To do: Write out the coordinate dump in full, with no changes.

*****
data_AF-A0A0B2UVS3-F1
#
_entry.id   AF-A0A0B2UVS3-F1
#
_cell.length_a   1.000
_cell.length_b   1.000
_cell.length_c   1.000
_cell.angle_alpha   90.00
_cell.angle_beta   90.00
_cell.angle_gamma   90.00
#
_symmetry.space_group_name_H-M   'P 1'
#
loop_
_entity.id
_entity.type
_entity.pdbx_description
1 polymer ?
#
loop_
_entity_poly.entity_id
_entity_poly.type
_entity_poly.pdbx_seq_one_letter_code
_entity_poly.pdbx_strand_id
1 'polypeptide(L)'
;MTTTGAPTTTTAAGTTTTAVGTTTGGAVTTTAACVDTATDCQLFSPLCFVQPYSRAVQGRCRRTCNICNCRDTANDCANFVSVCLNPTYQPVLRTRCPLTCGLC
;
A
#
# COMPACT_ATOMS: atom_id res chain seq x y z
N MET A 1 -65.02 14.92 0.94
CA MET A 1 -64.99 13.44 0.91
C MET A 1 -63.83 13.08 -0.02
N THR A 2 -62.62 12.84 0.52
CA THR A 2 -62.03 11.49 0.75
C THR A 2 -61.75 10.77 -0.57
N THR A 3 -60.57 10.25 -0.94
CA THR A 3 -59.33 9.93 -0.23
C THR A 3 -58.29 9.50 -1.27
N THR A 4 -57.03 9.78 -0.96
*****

data_AF-A0A0B2UVS3-F1
#
_entry.id   AF-A0A0B2UVS3-F1
#
_cell.length_a   1.000
_cell.length_b   1.000
_cell.length_c   1.000
_cell.angle_alpha   90.00
_cell.angle_beta   90.00
_cell.angle_gamma   90.00
#
_symmetry.space_group_name_H-M   'P 1'
#
loop_
_entity.id
_entity.type
_entity.pdbx_description
1 polymer ?
#
loop_
_entity_poly.entity_id
_entity_poly.type
_entity_poly.pdbx_seq_one_letter_code
_entity_poly.pdbx_strand_id
1 'polypeptide(L)'
;MTTTGAPTTTTAAGTTTTAVGTTTGGAVTTTAACVDTATDCQLFSPLCFVQPYSRAVQGRCRRTCNICNCRDTANDCANFVSVCLNPTYQPVLRTRCPLTCGLC
;
A
#
# COMPACT_ATOMS: atom_id res chain seq x y z
N MET A 1 -65.02 14.92 0.94
CA MET A 1 -64.99 13.44 0.91
C MET A 1 -63.83 13.08 -0.02
N THR A 2 -62.62 12.84 0.52
CA THR A 2 -62.03 11.49 0.75
C THR A 2 -61.75 10.77 -0.57
N THR A 3 -60.57 10.25 -0.94
CA THR A 3 -59.33 9.93 -0.23
C THR A 3 -58.29 9.50 -1.27
N THR A 4 -57.03 9.78 -0.96